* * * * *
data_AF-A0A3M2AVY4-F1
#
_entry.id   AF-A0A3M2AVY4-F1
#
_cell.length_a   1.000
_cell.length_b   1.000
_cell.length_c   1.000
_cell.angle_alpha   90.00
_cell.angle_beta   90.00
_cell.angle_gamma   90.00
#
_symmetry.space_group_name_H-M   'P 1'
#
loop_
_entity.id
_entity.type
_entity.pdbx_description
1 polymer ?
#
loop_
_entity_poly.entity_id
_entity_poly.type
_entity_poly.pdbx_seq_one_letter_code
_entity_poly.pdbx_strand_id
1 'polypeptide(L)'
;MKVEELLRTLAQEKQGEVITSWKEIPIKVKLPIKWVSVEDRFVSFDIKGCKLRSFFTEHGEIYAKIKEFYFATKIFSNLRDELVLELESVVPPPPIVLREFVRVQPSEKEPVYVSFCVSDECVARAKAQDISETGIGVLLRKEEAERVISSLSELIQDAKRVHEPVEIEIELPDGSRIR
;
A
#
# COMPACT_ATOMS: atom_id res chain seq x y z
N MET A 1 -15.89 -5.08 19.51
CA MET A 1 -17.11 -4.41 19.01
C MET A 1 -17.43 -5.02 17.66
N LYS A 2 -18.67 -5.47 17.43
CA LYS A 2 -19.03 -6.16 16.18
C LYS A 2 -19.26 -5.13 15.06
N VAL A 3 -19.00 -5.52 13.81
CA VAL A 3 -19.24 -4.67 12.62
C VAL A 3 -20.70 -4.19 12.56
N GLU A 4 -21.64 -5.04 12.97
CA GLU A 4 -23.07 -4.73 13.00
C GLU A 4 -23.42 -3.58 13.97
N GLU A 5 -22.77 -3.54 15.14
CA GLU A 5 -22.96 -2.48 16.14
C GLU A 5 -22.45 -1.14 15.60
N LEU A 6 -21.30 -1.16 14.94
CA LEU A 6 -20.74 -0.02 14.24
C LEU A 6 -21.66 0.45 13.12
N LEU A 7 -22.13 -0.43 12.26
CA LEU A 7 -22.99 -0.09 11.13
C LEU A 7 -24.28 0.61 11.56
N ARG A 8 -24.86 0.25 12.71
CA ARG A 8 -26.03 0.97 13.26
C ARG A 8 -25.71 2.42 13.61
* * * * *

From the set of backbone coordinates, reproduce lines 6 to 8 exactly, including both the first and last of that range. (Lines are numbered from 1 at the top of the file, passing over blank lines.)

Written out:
_cell.length_b   1.000
_cell.length_c   1.000
_cell.angle_alpha   90.00